Commercial uses are restricted. You cannot sell it.

You can still donate by BTC to support me if you have too much money to spend.


There are four ways that you can contribute to this project.

  1. Subscribe, read and comment

The site provides subscriptions with RSS. Use RSS services such as Feedly to subscribe and get notifications when updates.

  1. Recommend it to your maths teacher or your schoolmates who are also interested in pure mathematics.
  2. Suggest new ideas for BAM

Choose the New idea for Project Beyond A Level Mathematics template to submit new ideas at GitHub issues.

  1. Report typos and errata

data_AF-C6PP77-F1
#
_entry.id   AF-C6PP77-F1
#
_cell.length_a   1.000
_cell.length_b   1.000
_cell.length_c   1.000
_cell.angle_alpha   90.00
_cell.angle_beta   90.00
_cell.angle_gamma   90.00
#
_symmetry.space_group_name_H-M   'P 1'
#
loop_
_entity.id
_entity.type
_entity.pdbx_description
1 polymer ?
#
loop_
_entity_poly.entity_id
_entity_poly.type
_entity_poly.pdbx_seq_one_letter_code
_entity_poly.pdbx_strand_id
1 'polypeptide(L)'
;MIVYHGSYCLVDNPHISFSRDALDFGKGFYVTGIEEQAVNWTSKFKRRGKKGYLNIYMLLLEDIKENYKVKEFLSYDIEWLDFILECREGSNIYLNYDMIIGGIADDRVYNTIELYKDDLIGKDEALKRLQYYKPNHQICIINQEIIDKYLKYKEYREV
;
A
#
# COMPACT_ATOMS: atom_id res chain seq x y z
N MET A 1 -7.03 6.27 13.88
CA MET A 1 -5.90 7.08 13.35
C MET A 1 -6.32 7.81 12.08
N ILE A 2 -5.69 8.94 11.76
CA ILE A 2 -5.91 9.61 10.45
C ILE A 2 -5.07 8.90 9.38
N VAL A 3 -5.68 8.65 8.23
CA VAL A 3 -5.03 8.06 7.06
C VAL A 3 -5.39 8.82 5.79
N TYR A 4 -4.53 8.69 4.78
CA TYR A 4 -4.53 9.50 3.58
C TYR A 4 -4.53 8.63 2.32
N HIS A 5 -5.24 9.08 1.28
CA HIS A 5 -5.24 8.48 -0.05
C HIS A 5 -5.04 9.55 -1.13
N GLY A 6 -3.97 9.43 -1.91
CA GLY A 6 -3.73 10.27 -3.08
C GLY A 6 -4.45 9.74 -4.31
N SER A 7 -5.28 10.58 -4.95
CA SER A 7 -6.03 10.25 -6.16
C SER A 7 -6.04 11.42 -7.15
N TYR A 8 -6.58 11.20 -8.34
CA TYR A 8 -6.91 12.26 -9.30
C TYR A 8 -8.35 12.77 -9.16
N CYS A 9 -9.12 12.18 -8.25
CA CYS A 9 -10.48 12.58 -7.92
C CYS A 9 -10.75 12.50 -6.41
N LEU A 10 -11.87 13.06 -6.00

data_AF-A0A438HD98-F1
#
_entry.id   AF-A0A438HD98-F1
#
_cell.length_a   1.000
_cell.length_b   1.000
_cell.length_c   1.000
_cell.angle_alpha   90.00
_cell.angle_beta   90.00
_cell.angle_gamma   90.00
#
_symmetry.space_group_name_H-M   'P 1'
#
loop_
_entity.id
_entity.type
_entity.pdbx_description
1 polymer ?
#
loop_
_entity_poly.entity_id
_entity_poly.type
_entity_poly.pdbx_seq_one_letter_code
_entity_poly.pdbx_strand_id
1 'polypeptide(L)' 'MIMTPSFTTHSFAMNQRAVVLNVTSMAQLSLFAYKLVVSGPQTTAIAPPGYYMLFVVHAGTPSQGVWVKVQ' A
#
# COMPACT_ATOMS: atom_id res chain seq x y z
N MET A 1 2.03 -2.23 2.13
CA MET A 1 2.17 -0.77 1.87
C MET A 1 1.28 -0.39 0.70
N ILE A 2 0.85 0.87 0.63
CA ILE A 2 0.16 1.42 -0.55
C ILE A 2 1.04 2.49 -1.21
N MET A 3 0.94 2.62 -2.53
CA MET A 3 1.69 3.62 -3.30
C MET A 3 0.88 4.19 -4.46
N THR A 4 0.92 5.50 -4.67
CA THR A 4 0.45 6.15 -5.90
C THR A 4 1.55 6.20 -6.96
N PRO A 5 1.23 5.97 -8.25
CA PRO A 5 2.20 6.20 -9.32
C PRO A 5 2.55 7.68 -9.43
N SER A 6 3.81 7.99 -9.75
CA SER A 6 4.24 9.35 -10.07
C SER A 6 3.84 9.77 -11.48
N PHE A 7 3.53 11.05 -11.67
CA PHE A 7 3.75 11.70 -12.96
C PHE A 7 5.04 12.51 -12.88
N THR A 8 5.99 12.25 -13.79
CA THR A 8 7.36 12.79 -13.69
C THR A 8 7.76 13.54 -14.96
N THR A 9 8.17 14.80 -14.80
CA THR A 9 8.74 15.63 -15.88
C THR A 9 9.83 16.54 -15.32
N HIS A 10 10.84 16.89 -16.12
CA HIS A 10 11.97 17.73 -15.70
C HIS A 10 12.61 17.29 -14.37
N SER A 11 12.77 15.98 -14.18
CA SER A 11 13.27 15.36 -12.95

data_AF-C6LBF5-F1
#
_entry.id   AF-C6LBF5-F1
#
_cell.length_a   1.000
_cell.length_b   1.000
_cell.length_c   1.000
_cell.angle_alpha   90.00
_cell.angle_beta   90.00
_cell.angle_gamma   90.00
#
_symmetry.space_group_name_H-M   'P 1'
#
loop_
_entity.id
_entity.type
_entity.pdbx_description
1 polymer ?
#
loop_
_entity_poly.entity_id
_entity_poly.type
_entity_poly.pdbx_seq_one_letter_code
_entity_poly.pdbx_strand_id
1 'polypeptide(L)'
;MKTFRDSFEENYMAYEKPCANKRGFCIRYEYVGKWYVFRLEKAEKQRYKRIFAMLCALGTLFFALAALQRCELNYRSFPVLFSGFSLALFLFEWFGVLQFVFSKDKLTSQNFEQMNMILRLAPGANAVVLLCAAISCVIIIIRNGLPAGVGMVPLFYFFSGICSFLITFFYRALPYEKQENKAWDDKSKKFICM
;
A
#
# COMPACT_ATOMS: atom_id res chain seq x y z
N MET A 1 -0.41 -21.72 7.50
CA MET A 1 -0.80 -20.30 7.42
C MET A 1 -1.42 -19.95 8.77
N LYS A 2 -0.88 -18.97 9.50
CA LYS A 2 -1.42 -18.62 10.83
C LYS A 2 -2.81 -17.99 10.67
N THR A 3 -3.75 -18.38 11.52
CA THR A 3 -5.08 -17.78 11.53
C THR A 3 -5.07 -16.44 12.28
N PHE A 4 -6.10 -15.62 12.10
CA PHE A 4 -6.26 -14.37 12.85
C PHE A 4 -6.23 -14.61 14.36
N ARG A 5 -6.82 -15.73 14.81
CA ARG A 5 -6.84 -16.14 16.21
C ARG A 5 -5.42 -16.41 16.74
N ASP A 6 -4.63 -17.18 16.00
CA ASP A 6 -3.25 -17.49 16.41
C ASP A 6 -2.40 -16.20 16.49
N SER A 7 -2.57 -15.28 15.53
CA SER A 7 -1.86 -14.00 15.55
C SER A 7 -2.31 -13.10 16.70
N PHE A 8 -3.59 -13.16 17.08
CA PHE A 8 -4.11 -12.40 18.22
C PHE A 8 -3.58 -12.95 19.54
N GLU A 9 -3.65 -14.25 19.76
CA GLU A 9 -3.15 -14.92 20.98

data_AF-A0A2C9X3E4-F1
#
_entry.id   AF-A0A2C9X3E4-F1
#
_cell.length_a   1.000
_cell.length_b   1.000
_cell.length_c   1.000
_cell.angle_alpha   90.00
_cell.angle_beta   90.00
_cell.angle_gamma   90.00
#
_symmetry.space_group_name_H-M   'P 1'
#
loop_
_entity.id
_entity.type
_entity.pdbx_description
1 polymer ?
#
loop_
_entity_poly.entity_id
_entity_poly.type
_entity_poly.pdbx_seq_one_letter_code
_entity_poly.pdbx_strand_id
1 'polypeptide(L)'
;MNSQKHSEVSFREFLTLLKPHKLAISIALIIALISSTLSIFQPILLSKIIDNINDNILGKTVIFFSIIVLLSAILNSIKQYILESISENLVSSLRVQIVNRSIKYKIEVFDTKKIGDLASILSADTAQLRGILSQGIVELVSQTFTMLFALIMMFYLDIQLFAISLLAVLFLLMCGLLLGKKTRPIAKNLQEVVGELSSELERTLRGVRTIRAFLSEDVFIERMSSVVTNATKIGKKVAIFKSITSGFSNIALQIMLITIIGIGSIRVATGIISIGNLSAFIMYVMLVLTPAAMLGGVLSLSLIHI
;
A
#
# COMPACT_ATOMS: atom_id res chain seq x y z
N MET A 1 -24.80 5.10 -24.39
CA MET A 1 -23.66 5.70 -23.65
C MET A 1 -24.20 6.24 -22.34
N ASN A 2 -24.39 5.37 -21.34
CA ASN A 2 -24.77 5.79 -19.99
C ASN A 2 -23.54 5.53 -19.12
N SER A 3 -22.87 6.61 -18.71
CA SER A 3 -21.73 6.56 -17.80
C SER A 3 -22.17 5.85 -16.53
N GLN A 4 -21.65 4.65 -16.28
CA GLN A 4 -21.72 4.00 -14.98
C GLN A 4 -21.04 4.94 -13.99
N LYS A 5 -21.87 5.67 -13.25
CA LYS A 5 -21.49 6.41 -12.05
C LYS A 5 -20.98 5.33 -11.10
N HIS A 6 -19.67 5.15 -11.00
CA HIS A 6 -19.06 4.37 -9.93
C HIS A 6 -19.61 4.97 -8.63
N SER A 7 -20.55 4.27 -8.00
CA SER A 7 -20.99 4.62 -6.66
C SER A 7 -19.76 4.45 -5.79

Choose the Report typos and errata template to report any typos or errata you find at GitHub issues.

Currently, you cannot submit your own articles. But all the development can be seen as draft pull requests. You can see the draft of new posts and suggest advice here GitHub pull requests.

There are many ways to save the posts offline.

  • You can build and run the website on your local server by following this guide.
  • You can use the Print to PDF function in your browser. (Not recommended. May cause some issues.)
  • You can use some browser screenshot extension to save the page.
  • You can click the “Read markdown” link at the botton left of each post and render it yourself.